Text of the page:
But I did not see an actual question. a link to the video would be good also.

Same here but I picked it up again a couple yrs. back.
The kits are a good way to get an assortment of parts to get started with.
The wave form generators i linked basically are RC filtered pwm but the code to produce the waveforms is already complete.

BTW: how do I get the board to tell me when someone responds to a message. most others send an email!

click the "Receive Alerts" button at the bottom right of the last post.

I'll have a look at the video.

Are you asking where to connect the probe?
If you look at the board in the video you can see the trace he connected to leads directly to pin 2 of the tp4056. It’s hard to see in your pic but it looks like the left side of r3 is where you want to connect on your board or just connect directly to pin 2.

I thought that was it but wanted to be sure. I figure on soldering a short stiff lead there to clip onto instead of trying to hold the probe there while adjusting things and waiting.

Hutkikz:
Are you asking where to connect the probe?
If you look at the board in the video you can see the trace he connected to leads directly to pin 2 of the tp4056. It's hard to see in your pic but it looks like the left side of r3 is where you want to connect on your board or just connect directly to pin 2.

I believe that's why he connected to the resistor. It's safer than soldering to the IC.

I tried probing the resistor and didn't get a reading. Maybe the have a coating over it. Will try again!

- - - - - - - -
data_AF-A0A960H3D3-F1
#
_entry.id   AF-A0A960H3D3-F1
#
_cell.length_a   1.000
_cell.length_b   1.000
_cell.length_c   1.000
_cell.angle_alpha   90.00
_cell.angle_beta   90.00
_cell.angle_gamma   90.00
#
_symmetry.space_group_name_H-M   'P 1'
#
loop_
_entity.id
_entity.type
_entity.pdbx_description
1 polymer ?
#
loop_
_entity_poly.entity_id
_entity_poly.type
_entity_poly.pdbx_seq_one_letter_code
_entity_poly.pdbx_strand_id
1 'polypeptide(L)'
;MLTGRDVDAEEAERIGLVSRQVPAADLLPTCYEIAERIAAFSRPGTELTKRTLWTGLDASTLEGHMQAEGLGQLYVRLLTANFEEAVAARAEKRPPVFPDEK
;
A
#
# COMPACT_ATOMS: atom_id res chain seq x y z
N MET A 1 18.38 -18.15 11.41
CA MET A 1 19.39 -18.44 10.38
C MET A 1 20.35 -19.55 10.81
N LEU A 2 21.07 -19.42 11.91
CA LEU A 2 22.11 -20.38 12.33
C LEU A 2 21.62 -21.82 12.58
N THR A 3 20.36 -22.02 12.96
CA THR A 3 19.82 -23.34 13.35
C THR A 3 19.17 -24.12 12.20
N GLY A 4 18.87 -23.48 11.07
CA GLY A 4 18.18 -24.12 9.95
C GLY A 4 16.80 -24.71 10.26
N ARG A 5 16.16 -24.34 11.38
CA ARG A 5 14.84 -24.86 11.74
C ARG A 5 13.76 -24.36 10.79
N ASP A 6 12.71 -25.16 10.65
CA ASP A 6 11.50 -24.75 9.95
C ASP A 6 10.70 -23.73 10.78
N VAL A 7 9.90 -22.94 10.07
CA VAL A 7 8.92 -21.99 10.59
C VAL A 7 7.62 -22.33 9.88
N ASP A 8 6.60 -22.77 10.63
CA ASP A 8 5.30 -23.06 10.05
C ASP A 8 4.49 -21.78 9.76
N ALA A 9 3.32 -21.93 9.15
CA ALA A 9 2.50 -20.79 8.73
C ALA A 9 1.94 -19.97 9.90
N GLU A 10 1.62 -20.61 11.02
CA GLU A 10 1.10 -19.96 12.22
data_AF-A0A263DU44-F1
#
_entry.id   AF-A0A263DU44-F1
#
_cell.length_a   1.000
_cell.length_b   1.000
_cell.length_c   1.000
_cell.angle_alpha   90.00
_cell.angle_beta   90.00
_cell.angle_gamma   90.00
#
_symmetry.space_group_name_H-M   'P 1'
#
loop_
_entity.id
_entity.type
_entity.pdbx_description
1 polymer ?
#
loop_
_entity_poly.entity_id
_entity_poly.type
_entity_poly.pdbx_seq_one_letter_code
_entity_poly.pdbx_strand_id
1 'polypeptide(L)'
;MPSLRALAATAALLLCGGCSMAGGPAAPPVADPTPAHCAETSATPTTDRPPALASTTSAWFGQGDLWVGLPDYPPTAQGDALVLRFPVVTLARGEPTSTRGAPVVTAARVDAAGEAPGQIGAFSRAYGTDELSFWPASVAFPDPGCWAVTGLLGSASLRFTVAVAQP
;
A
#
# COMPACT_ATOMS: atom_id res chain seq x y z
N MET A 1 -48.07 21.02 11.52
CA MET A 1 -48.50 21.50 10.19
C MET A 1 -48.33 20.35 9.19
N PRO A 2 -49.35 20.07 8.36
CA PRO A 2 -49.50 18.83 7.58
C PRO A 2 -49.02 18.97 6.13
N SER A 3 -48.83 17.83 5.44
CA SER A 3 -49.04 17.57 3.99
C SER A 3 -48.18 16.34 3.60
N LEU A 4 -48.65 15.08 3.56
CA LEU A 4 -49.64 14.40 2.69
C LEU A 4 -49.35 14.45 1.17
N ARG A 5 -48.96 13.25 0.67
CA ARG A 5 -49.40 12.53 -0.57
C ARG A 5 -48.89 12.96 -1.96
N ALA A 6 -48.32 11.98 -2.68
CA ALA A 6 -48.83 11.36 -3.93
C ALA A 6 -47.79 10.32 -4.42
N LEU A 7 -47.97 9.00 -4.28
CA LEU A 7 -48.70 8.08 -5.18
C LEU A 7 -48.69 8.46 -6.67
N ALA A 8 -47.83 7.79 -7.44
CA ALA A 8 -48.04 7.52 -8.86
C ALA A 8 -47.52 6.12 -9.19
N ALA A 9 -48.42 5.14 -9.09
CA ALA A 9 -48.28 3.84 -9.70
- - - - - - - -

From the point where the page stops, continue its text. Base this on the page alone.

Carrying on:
From the TP4056 datasheet, pin 2 (PROG) determines the charge setting with a resistor to ground. It gives the formula IBAT = VPROG / RPROG x 1200 where IBAT is the current to the battery, VPROG is the voltage across the program resistor connected to Pin 2, and RPROG is the program resistor.

So you use the oscilloscope to measure voltage across RPROG and apply the formula.

Hutkikz:
Same here but I picked it up again a couple yrs. back.
The kits are a good way to get an assortment of parts to get started with.
The wave form generators i linked basically are RC filtered pwm but the code to produce the waveforms is already complete.
click the "Receive Alerts" button at the bottom right of the last post.

I'll have a look at the video.

I took your advice and threw together the sinewave generator and viewed it on the scope. looks sine to me!

Sine, sine everywhere a sine. Do this, don't do that. Can't you read the sine!! 8)

Simple guide for inserting images in a post

I know it's no big feet for most, but at least I figured it out. Maybe you can teach an old dog new tricks. nice reference to Five man electrical band!!!!

Hey, This old dog is learning too!
I thought it was the perfect referance since it is sung by both the Five man electrical band and Tesla!!!

Ok, either am losing my mind or the gremlins are at it again.

Went into practice this the scope and connected it to the Arduino sinewave generator. Well, I was getting the weirdest signal on the scope, It was the same sinewave but it was thick.

After 30 or so minutes I decided to check the components. The capacitor was fine but the resistor showed 1kohm instead of 10kohm. So much for old dogs!!!! :o